It’s alleged that Tishchenko got hold of manuals for the F-16, F-35, F-22 and A-10, which he proceeded to list on eBay and sell again, to purchasers in “Cyprus, Japan, the Netherlands, Australia, Germany and Taiwan.”
The Russian, identified as Oleg Tishchenko in court documents including the previously filed affidavit for extradition, is said to have taken to eBay in 2011 in a quest to buy actual flight manuals for the F-16A/B.
The documents could not be shipped directly to Russia because the seller did not allow for sending items abroad, so the man asked members of the Digital Combat Simulator (DCS) game forum for help. A forum member in Texas eventually agreed to send the docs to Moscow, which he did later that year.
While the sender said he didn’t see any materials marked as classified and was assured the texts were obsolete, the mailing still broke the arms exports laws as combat systems manuals are included in the US munitions list and require export licenses for shipment overseas.
Tishchenko was charged back in 2016 but was eventually arrested only this year when he travelled to Georgia, a post-Soviet country that extradited him to the US.
The Russian embassy in Washington suggested that Tishchenko might’ve been deliberately framed by the US authorities.
“There are signs of provocation by the American special services,” the embassy said, vowing to provide any necessary consular assistance to protect the man’s legal rights.
Tishchenko, who is now held at a Weber County jail in Utah, says he works for Eagle Dynamics, a Russia-based software developer that has been creating leading flight simulators for over a decade.
The manuals were crucial to understanding “how stuff works” in US jets which the company incorporated into their latest product, the DCS.
The game is considered one of the most advanced flight simulators available, not least because the aircraft models are exceptionally accurate to their real-life counterparts.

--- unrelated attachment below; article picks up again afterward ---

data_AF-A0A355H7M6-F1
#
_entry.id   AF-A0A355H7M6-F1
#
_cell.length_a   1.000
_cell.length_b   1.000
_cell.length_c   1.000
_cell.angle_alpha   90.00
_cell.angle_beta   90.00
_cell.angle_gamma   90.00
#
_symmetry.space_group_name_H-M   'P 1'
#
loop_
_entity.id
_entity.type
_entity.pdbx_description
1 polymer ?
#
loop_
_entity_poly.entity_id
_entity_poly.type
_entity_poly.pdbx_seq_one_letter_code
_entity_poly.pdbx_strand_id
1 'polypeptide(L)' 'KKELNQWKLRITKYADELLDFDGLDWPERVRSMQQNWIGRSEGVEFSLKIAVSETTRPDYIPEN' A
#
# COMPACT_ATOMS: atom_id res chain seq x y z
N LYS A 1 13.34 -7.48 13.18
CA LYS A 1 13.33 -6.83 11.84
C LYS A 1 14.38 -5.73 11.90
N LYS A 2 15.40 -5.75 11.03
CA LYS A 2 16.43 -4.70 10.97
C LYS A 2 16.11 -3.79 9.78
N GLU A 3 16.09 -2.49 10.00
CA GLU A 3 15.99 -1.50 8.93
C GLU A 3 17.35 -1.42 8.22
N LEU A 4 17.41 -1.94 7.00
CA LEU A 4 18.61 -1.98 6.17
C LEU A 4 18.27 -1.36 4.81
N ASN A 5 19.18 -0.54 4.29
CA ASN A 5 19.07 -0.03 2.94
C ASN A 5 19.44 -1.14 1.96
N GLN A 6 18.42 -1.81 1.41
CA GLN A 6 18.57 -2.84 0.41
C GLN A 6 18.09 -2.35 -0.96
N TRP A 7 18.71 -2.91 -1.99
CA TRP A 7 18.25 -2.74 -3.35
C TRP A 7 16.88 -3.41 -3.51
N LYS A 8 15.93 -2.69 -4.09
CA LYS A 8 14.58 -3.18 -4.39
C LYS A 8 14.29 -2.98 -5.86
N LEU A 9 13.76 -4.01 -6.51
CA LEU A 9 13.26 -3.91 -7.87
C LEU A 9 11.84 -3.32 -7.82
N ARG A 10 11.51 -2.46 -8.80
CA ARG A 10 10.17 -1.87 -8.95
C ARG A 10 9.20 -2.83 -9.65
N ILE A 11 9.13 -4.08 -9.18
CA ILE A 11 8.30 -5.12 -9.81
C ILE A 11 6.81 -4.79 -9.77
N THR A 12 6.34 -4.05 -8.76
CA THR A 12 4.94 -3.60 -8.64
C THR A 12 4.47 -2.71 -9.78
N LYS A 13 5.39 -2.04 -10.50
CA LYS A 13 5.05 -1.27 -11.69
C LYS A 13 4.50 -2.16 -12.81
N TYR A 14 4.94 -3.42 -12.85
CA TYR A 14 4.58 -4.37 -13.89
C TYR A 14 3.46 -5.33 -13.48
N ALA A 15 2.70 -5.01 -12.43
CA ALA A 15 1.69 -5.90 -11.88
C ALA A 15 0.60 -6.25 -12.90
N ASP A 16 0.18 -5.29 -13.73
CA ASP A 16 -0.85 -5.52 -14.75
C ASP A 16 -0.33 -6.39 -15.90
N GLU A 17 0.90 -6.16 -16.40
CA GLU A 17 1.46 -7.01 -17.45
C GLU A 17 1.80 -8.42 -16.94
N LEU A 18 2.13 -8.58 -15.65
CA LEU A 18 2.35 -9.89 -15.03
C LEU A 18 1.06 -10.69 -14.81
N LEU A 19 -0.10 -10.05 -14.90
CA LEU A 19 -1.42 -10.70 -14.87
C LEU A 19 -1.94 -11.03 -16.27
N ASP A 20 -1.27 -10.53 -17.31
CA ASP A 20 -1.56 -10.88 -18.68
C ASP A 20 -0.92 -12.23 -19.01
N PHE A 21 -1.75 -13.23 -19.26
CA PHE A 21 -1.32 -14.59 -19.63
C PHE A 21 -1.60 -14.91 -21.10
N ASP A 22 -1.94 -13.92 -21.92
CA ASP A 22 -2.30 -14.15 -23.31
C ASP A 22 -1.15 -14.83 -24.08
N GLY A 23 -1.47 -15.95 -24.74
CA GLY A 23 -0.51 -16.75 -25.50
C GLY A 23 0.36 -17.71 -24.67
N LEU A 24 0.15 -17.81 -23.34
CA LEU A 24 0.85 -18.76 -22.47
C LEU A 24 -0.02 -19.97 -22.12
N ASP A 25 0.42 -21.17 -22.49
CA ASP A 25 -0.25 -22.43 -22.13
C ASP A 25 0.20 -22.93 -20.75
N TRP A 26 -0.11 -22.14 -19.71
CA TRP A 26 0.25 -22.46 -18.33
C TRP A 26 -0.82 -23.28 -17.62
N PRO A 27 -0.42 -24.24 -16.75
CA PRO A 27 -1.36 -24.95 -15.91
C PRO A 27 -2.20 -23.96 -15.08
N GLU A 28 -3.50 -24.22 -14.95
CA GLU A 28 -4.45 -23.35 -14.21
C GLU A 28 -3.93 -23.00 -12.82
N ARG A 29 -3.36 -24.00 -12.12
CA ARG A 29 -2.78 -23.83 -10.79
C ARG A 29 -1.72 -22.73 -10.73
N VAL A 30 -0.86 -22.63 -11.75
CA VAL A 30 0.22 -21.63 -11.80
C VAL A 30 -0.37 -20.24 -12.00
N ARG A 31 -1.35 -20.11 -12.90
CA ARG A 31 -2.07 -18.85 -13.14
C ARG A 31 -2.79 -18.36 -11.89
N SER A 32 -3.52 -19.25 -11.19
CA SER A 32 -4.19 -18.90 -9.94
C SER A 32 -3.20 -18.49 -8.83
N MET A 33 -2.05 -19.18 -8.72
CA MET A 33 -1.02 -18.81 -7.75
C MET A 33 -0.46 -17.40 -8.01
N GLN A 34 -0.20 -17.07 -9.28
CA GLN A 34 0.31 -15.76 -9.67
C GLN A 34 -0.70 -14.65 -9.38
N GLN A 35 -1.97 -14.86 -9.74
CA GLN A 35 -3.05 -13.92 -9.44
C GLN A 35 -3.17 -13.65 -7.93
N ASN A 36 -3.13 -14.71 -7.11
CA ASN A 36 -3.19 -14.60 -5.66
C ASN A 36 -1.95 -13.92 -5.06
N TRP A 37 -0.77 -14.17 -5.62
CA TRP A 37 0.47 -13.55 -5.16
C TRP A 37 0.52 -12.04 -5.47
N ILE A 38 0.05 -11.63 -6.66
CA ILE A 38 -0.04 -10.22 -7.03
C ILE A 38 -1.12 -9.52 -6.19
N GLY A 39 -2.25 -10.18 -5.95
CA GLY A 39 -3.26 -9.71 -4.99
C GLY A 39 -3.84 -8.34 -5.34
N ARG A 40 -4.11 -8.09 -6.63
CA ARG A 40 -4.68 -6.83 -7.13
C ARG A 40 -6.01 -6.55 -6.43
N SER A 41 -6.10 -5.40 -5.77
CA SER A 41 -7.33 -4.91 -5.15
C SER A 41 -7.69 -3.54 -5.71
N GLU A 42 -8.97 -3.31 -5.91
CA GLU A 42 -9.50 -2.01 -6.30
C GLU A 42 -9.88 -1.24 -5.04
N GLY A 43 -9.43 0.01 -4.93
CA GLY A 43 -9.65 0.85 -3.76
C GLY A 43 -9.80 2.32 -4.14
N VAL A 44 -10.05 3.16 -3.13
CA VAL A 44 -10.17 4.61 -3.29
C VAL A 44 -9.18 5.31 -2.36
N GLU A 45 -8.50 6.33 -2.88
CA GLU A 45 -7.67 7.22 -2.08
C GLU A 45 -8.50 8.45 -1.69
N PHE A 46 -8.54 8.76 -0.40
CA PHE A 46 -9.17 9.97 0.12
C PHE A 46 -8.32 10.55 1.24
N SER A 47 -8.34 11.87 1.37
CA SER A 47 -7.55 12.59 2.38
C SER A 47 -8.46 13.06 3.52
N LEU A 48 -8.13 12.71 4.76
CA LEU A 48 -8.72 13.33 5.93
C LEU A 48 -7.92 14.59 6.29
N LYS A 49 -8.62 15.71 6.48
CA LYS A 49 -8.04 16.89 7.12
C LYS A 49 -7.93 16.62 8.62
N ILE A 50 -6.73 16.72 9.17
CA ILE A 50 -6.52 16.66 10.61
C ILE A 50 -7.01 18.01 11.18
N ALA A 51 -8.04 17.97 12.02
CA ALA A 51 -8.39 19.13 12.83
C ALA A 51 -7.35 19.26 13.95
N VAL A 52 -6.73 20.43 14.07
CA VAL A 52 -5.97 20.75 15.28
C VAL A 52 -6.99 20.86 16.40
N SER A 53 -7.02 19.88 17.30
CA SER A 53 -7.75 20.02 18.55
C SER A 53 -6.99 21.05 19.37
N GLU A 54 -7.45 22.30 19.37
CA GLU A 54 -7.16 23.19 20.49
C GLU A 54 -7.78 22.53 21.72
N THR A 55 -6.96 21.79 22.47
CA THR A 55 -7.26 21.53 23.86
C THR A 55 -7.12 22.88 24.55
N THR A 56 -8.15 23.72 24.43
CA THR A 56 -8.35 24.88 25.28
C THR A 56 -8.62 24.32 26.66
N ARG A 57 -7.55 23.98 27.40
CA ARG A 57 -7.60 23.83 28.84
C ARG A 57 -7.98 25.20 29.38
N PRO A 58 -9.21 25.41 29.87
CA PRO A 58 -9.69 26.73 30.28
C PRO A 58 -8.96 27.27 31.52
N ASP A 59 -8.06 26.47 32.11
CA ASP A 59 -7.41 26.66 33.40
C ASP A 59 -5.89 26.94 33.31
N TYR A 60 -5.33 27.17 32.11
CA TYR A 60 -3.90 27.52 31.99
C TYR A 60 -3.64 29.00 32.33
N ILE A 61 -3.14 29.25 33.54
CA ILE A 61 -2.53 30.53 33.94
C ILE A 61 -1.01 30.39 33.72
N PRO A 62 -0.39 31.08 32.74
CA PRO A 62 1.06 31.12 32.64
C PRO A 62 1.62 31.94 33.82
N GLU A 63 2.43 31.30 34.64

While it’s not immediately clear how the readily-eBayed manuals for the Cold War-era tech would be harmful for the US, the Department of Homeland Security jumped on the case, with an undercover agent contacting Tishchenko in a sting operation.
The investigation learned that he’s collected flight manuals for a number of jets, and also auctioned F-16A docs to buyers in Cyprus, Japan, the Netherlands, Australia, Germany and Taiwan between 2012 and 2015. He also needed a whole list of other warplane manuals.
“We need it in our work,” Tishchenko said, according to the affidavit. “I’d like to get some maintenance manuals for the F-16C related to avionics. Actually, maintenance manuals for any jets, including the A-10.”
Curiously, it is claimed that Tishchenko “also informed [the agent] that he would like to acquire F-35 and F-22 flight manuals” while promising that they “would not be provided to any third persons, and I think even not shown to anyone in our company.”
It is not known if the man managed to get his hands on the manuals for the highly-complex and controversial F-35 jet, which continues to be mired by hundreds of issues while at the same time being sold to US allies. Lockheed Martin has recently slashed the price of the F-35A, days after the jet marked its “first combat employment.”